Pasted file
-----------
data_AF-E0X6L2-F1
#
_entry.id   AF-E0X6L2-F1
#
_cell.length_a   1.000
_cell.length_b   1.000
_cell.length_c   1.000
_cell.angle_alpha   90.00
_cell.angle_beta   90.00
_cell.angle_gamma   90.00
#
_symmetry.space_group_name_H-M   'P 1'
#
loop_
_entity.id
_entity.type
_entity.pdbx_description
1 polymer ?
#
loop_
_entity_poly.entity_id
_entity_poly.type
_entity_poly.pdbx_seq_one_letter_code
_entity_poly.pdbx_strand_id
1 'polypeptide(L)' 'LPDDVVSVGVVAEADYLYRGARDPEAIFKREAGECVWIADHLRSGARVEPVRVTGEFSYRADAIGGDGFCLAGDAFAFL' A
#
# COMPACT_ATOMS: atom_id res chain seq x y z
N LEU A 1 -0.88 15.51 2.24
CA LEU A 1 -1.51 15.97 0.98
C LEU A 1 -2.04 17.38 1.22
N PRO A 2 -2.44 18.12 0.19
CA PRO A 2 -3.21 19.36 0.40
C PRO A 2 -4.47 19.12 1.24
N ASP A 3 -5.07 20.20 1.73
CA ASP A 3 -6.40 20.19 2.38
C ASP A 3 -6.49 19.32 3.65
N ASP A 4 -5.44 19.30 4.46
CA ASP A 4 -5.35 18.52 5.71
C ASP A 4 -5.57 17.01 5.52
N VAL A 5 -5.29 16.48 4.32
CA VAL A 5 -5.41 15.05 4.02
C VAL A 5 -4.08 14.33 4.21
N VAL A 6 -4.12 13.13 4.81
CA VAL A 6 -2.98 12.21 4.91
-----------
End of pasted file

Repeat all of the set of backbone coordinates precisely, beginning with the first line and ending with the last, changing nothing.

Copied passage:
data_AF-E0X6L2-F1
#
_entry.id   AF-E0X6L2-F1
#
_cell.length_a   1.000
_cell.length_b   1.000
_cell.length_c   1.000
_cell.angle_alpha   90.00
_cell.angle_beta   90.00
_cell.angle_gamma   90.00
#
_symmetry.space_group_name_H-M   'P 1'
#
loop_
_entity.id
_entity.type
_entity.pdbx_description
1 polymer ?
#
loop_
_entity_poly.entity_id
_entity_poly.type
_entity_poly.pdbx_seq_one_letter_code
_entity_poly.pdbx_strand_id
1 'polypeptide(L)' 'LPDDVVSVGVVAEADYLYRGARDPEAIFKREAGECVWIADHLRSGARVEPVRVTGEFSYRADAIGGDGFCLAGDAFAFL' A
#
# COMPACT_ATOMS: atom_id res chain seq x y z
N LEU A 1 -0.88 15.51 2.24
CA LEU A 1 -1.51 15.97 0.98
C LEU A 1 -2.04 17.38 1.22
N PRO A 2 -2.44 18.12 0.19
CA PRO A 2 -3.21 19.36 0.40
C PRO A 2 -4.47 19.12 1.24
N ASP A 3 -5.07 20.20 1.73
CA ASP A 3 -6.40 20.19 2.38
C ASP A 3 -6.49 19.32 3.65
N ASP A 4 -5.44 19.30 4.46
CA ASP A 4 -5.35 18.52 5.71
C ASP A 4 -5.57 17.01 5.52
N VAL A 5 -5.29 16.48 4.32
CA VAL A 5 -5.41 15.05 4.02
C VAL A 5 -4.08 14.33 4.21
N VAL A 6 -4.12 13.13 4.81
CA VAL A 6 -2.98 12.21 4.91